I just got my Trifecta MB. I ground some Klatch Costa Rican coffee. I used the suggested A setting for turbulence and 40 sec infusion time. However, the coffee came out rather light colored and tasted stale. The beans are only a week old and have been stored in a sealed bag. My cheap drip machine gave me more robust flavors. I next changed the settings to D and 2 minutes; the coffee tasted a little better, but still not what I thought it used to taste like.

Do you know what could cause this? Alternatively, do you think that maybe my drip machine has just left me with the wrong taste of coffee?

Thanks for the help.

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Coffee Kevin March 9, 2012 at 5:22 pm

Hello. I think you have three things going on. 1. The coffee you are tasting is going to be fine, but I think you need to be prepared to play with the parameters. Small setting differences can make big flavor differences. The coffee sounds pretty fresh, so that should not be an issue. I do want to suggest that some coffee flavors that give a homogenized taste in your batch drip maker may be very different as you perform a higher resolution extraction. I may have mentioned this in the review, but I know my first session with the Trifecta was disappointing. I needed to play with it. Keep trying and also don’t be afraid to play with the grind. I used a fine grind for a while, before moving towards a coarser grind. Strange as it sounds, as I’ve lived with it, I’m finding I prefer it less strong, as I detect and enjoy the subtler flavor notes.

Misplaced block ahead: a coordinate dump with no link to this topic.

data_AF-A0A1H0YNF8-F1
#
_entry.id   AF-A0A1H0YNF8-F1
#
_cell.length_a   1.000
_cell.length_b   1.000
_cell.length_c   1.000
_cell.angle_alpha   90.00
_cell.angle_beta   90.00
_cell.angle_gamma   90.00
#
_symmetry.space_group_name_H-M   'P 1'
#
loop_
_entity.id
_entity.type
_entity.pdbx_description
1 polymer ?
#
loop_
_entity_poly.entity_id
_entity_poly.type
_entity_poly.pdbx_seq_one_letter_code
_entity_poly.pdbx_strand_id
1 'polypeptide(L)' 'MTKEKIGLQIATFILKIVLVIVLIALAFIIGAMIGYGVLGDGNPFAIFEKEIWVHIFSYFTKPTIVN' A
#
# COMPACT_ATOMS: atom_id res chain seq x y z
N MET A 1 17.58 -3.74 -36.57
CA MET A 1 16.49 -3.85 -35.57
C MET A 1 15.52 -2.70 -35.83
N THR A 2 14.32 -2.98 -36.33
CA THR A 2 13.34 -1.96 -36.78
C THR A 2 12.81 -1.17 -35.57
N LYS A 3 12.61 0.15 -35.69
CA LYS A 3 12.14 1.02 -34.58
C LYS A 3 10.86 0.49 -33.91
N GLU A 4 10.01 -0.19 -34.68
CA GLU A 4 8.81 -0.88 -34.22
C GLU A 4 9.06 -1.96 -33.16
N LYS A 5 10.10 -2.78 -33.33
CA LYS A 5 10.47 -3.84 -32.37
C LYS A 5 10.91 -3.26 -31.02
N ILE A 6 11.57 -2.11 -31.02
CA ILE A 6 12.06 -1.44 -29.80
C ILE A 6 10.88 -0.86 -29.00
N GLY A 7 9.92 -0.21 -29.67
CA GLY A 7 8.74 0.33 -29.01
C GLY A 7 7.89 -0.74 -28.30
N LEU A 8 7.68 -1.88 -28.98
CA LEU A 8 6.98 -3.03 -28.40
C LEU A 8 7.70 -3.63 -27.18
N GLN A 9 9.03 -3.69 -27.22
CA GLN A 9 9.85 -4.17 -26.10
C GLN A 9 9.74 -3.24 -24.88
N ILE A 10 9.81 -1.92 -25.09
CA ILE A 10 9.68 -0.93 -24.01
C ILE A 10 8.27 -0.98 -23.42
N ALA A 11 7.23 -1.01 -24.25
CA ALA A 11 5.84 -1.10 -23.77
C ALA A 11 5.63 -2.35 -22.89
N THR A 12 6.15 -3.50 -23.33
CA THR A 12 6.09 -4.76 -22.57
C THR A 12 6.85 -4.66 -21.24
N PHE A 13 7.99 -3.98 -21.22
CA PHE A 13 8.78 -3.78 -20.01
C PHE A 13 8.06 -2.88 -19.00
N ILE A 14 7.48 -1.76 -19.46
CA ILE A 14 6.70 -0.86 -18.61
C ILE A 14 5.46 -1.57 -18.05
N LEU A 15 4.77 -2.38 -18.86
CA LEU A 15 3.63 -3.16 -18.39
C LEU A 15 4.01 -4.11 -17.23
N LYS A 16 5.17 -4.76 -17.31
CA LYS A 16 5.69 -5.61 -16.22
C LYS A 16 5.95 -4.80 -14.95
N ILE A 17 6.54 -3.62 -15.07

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Vishad March 9, 2012 at 6:08 pm